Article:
Fabricated breaches

I ultimately elected to use the word "fabricated" rather than "fake" as I felt the latter implied nothing within there was real. However, as I mentioned earlier, a number of people had accurate dates of birth in the incident. As I also mentioned earlier, all of this is ultimately a judgement decision on my behalf and not an absolute; I have a very low degree of confidence that was breached and I think it's a highly unlikely proposition based on the data. There's a tiny possibility it's real, but they're not good odds.

This concept now manifests itself in several ways within HIBP. Firstly, as with unverified breaches, there's now a visual indicator next to every fabricated breach in the form of a triangle with an exclamation mark: breach description

Because it's a dating site, the breach is also flagged as "sensitive" which is why the little flame is present.

Secondly, there's an attribute on the breach entity returned by the API called "IsFabricated" so consumers of the service can identify breaches of this nature. It means a breach such as appears like this when described in JSON:

	Title: "",
	Name: "JustDate",
	Domain: "",
	BreachDate: "2016-09-29",
	AddedDate: "2017-02-07T01:28:41Z",
	PwnCount: 24451312,
	Description: "An alleged breach of the dating website...",
	DataClasses: [
		"Dates of birth",
		"Email addresses",
		"Geographic locations",
	IsVerified: false,
	IsFabricated: true,
	IsSensitive: true,
	IsActive: true,
	IsRetired: false,
	IsSpamList: false

Note that I've still flagged this incident as "unverified" as well. There are people that have created dependencies on this attribute that deal with an unverified breach differently to one that I'm confident in. In an ideal world, I'd represent the three different states via one attribute (verified, unverified, fabricated), but existing dependencies mean I need to use each of those fields here.

Thirdly, as you'll see in the breach image above, I'm being very explicit in the description of the breach as to why it's being classed as fabricated. I want to give people as much information as possible so that they can understand what the data is and why I believe it isn't real. I also want to make sure it's abundantly clear that there's insufficient evidence to suggest that the company a fabricated breach has been attributed to did indeed have a breach at all.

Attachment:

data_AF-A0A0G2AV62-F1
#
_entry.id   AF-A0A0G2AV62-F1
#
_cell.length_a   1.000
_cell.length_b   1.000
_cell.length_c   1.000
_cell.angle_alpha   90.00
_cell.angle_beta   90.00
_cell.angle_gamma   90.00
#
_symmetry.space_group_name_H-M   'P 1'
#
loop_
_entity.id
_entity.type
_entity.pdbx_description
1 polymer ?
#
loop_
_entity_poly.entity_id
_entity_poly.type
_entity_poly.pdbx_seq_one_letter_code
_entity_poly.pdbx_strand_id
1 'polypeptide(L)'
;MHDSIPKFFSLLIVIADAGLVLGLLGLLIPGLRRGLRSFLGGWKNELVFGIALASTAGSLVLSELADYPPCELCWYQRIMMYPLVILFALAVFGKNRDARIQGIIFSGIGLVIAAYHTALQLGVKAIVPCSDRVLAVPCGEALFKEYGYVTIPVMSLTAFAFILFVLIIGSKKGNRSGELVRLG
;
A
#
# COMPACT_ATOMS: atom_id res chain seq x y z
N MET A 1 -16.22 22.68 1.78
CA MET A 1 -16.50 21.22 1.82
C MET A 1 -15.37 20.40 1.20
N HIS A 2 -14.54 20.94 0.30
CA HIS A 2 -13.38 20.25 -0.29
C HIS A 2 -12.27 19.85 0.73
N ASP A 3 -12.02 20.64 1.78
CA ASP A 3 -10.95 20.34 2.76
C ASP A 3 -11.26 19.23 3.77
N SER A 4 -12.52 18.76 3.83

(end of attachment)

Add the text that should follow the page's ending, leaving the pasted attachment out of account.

And finally, the notification emails sent to subscribers clearly indicates the fabricated status and of course also include the description of the data explaining why I've flagged it as such:

Notification email

(And no, my account isn't in the data! Just testing...) I was so certain there was absolutely no reason my account would be in there that I didn't even check. And then I got a breach notification from HIBP! So now, being a "victim", I'm glad I know and I concur with the other comments from subscribers above.

There's a whole other discussion to be had about what causes a bundle of data to be fabricated and called a breach in the first place. Attempts to monetise the data by selling the alleged breach, extortion of the company involved or just simple big-noting by individuals seeking notoriety are all feasible explanations for many of the fabricated breaches I see. For now, the important thing is that if your data is circulating in one of these dumps, there's now a way to know about it.

The data is now in HIBP. Because it's also a sensitive breach, you can only search though it by using the free notification service. I'll load more existing fabricated breaches as time permits and inevitably, as new ones emerge in the future.

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Hi, I'm Troy Hunt, I write this blog, create courses for Pluralsight and am a Microsoft Regional Director and MVP who travels the world speaking at events and training technology professionals